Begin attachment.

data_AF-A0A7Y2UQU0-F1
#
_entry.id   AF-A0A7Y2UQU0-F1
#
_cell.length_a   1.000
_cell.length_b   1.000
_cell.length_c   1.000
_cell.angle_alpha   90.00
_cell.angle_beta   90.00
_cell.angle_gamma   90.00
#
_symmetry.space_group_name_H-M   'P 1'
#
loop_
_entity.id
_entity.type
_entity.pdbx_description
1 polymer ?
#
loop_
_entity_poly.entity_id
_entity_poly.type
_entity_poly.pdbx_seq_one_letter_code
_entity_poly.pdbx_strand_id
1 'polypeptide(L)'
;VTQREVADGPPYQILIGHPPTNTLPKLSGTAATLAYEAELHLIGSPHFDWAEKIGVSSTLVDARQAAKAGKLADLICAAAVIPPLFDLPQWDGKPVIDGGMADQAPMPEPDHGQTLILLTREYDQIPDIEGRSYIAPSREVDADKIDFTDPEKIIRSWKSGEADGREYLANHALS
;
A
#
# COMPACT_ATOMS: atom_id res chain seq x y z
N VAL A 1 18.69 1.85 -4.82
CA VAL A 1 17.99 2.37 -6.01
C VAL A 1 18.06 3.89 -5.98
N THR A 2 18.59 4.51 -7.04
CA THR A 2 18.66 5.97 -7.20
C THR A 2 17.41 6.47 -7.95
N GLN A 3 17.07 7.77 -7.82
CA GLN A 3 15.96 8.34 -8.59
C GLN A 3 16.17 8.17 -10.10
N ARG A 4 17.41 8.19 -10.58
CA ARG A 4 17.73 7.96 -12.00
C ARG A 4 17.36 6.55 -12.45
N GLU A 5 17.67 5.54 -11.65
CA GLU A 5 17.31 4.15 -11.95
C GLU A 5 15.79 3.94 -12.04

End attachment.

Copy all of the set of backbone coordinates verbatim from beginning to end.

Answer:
data_AF-A0A7Y2UQU0-F1
#
_entry.id   AF-A0A7Y2UQU0-F1
#
_cell.length_a   1.000
_cell.length_b   1.000
_cell.length_c   1.000
_cell.angle_alpha   90.00
_cell.angle_beta   90.00
_cell.angle_gamma   90.00
#
_symmetry.space_group_name_H-M   'P 1'
#
loop_
_entity.id
_entity.type
_entity.pdbx_description
1 polymer ?
#
loop_
_entity_poly.entity_id
_entity_poly.type
_entity_poly.pdbx_seq_one_letter_code
_entity_poly.pdbx_strand_id
1 'polypeptide(L)'
;VTQREVADGPPYQILIGHPPTNTLPKLSGTAATLAYEAELHLIGSPHFDWAEKIGVSSTLVDARQAAKAGKLADLICAAAVIPPLFDLPQWDGKPVIDGGMADQAPMPEPDHGQTLILLTREYDQIPDIEGRSYIAPSREVDADKIDFTDPEKIIRSWKSGEADGREYLANHALS
;
A
#
# COMPACT_ATOMS: atom_id res chain seq x y z
N VAL A 1 18.69 1.85 -4.82
CA VAL A 1 17.99 2.37 -6.01
C VAL A 1 18.06 3.89 -5.98
N THR A 2 18.59 4.51 -7.04
CA THR A 2 18.66 5.97 -7.20
C THR A 2 17.41 6.47 -7.95
N GLN A 3 17.07 7.77 -7.82
CA GLN A 3 15.96 8.34 -8.59
C GLN A 3 16.17 8.17 -10.10
N ARG A 4 17.41 8.19 -10.58
CA ARG A 4 17.73 7.96 -12.00
C ARG A 4 17.36 6.55 -12.45
N GLU A 5 17.67 5.54 -11.65
CA GLU A 5 17.31 4.15 -11.95
C GLU A 5 15.79 3.94 -12.04